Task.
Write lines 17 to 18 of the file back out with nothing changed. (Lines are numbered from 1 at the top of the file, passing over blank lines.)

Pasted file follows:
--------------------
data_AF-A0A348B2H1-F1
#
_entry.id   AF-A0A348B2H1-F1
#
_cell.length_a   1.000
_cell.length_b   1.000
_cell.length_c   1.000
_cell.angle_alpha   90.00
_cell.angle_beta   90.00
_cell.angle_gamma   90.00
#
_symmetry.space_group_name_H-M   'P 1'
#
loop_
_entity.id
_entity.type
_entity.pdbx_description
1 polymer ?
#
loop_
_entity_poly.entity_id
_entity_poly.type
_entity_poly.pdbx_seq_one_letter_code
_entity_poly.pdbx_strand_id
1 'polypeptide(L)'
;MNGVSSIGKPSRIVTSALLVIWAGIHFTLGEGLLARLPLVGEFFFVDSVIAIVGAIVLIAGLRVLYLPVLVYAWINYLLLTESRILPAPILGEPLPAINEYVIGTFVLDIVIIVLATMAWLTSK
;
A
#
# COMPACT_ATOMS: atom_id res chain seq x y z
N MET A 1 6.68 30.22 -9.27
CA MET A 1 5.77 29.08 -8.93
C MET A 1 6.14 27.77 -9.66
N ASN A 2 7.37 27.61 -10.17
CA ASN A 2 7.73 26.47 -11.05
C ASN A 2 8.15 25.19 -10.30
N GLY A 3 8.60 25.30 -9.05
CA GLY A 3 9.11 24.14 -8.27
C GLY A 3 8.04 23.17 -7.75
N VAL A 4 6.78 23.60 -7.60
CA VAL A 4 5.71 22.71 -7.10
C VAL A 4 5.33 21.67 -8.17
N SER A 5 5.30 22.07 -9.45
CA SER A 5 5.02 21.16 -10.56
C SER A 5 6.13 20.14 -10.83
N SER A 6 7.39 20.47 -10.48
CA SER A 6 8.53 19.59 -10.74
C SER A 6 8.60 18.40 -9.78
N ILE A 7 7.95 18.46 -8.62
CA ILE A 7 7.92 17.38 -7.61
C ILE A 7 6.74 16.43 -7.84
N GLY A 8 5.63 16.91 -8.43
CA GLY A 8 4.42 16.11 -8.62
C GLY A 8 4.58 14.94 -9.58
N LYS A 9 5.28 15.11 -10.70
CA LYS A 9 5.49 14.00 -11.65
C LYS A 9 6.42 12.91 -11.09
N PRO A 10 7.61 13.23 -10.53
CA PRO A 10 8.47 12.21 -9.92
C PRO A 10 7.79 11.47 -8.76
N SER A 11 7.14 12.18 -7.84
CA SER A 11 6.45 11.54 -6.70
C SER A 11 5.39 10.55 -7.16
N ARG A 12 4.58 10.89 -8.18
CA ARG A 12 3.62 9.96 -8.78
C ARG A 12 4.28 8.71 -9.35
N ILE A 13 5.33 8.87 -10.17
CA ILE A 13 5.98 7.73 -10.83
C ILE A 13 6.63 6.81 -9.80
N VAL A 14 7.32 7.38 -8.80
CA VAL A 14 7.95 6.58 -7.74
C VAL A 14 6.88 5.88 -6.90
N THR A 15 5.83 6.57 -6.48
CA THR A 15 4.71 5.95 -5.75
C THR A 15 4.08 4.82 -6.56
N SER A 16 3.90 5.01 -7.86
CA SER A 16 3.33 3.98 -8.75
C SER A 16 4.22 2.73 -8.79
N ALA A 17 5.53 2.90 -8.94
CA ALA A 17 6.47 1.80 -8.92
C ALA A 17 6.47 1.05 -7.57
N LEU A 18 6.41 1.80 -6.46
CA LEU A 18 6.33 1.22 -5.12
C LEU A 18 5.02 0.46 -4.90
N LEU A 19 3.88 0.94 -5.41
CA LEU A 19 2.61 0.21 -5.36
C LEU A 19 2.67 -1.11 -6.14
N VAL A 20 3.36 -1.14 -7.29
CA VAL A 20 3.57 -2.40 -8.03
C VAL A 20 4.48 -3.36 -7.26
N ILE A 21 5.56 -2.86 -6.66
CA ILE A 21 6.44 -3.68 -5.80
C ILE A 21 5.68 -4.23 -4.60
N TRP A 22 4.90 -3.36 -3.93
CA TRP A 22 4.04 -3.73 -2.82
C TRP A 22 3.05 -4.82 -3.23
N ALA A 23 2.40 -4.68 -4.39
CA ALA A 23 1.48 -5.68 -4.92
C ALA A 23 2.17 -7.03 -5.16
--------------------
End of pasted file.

_entity.pdbx_description
1 polymer ?